October 16, 2012

During our slow period (ie the dog days of summer) we started overhauling a vintage camping trailer. Catch up on the entire saga here, here, here, here, here and here (in that order).

It’s been a hot minute since we updated you on the trailer, which is a sure sign that we’re deep in fall wedding madness season. Naturally, actual progress on the trailer has also slowed down, but we’re still getting caught up here in blogland.

The last peek at the trailer left us with a good solid frame, but a very… open concept. We need some walls up in here.

We opted for hardboard wall panels, thanks to the moisture resistant prefinished coating (on one side) and flexibility of the panels. Flexibility was important because there are some definite curves on the interior. It was also key to getting these panels home. The Jeep can’t hold a full 4′ x 8′ sheet of anything… unless that thing can be slightly bent and shoved over the front seats. This, in turn, lowered the ceiling height so much that Aaron was forced to drive sans hat and with the seat cranked way back. Oh yeah, it was a sight.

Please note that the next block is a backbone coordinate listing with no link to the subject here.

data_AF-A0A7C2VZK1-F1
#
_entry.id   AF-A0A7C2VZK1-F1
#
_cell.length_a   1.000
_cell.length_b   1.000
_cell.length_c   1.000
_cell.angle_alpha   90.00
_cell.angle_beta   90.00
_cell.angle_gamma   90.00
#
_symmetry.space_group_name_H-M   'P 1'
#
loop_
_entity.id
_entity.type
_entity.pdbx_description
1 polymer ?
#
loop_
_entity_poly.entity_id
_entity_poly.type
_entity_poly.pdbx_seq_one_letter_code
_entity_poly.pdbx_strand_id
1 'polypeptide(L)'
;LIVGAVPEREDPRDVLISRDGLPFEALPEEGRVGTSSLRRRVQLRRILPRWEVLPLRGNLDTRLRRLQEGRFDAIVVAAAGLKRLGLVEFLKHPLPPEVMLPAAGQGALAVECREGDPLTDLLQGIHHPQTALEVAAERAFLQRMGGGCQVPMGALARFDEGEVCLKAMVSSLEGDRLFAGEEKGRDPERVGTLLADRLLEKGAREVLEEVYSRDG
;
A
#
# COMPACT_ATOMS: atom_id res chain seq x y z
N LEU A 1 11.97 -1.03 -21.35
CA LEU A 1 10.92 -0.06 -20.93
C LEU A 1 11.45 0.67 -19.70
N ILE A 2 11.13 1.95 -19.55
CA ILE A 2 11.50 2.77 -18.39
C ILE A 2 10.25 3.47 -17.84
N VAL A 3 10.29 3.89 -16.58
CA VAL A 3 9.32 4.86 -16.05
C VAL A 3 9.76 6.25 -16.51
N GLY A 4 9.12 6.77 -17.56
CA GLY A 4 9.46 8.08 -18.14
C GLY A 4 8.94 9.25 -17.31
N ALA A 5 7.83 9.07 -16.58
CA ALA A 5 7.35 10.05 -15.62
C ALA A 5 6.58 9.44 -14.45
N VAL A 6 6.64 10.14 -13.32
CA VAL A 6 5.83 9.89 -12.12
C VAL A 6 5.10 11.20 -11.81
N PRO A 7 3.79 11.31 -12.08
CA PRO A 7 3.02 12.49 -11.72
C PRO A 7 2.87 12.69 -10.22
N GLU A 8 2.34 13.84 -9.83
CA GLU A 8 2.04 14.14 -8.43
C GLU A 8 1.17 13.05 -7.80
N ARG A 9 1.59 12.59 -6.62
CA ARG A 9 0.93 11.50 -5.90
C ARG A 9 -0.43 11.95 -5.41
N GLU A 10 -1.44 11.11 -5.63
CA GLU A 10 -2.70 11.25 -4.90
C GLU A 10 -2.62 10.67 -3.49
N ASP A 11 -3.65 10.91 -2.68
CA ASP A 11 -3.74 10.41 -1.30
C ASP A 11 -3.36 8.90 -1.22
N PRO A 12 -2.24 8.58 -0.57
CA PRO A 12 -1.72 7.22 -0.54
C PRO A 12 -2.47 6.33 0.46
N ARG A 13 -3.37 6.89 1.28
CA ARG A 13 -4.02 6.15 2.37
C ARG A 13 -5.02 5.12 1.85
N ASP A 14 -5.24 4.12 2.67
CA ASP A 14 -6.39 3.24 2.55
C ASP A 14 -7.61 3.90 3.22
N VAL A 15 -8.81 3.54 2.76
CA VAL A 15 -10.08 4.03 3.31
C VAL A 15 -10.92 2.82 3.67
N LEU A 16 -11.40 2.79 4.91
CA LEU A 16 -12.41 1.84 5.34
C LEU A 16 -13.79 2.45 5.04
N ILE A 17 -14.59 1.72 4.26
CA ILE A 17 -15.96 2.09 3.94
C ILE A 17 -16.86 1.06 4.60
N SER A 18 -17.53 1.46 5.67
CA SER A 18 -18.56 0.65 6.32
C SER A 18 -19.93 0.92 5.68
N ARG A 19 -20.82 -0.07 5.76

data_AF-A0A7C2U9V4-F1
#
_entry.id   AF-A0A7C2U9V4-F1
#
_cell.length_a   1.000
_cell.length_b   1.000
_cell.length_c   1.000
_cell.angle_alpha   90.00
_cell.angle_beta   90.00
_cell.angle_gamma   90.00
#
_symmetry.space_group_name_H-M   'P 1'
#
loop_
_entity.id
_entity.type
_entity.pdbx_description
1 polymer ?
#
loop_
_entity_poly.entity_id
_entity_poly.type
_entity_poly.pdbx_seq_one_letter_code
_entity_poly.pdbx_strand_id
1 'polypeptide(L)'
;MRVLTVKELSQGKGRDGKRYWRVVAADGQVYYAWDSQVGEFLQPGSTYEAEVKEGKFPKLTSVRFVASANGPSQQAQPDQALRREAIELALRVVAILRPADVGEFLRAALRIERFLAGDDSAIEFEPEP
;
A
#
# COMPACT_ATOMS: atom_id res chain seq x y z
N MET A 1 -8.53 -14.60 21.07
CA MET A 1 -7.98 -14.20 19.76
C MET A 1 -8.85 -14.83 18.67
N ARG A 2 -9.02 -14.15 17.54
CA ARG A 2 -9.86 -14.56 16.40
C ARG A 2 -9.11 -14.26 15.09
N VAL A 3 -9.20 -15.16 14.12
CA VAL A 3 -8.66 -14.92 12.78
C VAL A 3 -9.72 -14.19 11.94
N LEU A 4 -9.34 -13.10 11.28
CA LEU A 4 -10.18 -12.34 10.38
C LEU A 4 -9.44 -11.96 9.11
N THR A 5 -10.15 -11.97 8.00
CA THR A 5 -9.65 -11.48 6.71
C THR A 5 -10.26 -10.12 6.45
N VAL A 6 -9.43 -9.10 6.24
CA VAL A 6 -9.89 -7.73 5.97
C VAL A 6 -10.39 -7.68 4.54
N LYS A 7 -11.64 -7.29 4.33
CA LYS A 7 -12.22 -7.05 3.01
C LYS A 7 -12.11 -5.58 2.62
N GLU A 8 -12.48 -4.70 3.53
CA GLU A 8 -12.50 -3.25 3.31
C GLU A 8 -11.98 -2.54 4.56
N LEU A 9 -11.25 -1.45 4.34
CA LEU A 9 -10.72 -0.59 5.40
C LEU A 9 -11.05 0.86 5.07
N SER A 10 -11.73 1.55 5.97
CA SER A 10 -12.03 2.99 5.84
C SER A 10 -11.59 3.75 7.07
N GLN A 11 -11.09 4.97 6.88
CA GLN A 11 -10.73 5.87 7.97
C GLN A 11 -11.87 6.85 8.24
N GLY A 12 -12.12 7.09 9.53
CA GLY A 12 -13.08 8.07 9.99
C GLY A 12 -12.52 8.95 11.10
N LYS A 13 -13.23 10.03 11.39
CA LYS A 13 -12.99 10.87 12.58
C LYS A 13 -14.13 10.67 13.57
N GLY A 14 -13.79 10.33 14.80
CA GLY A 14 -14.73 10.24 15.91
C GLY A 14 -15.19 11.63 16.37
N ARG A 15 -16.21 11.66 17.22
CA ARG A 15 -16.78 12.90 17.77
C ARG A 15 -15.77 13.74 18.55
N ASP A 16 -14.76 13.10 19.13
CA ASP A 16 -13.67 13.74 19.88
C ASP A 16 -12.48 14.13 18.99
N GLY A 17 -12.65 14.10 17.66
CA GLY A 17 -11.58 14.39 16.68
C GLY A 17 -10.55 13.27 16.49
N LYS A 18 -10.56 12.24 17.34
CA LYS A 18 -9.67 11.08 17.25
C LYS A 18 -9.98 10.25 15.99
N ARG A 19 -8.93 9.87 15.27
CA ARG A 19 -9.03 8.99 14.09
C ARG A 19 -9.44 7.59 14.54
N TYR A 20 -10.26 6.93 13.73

We opted to run the white, moisture resistant side on the outside. Wood rot is NOT welcome here! The brown side will get a nice coat (or rather several coats) of white paint.

 

 

Aaron started in the back, forming the board to the curve. It needed a little help staying in place, hence the blocks. This method also meant we’d have to cut the side boards to match the curve, which is no easy task. We got close by using paper to outline the curve, then dry fitting and shaving where necessary.

 

 

 

So for the front, Aaron ran the side boards all the way out, notching out space for the frame and wiring.  The curved pieces ran on top of this, which was much easier.

 

 

 

 

 

Wall hanging was put on pause while Aaron built a new ledge for the the front wall. This will serve as a nice spot to charge various iTech and helps define the shape for the couch when the bed/couch is in couch position. Aaron’s original thought was to take a section from the butcher block counter top (you know, the one that necessitated the removal of the entire kitchenette), but the measurements weren’t quite working out. So he built his own, but gluing together 4 sections of wood and then sanding (and sanding and sanding) for a nice smooth finish.

 

 

 

Last section of wall: done! Lots of sanding and painting (and painting and painting) on the horizon.

 


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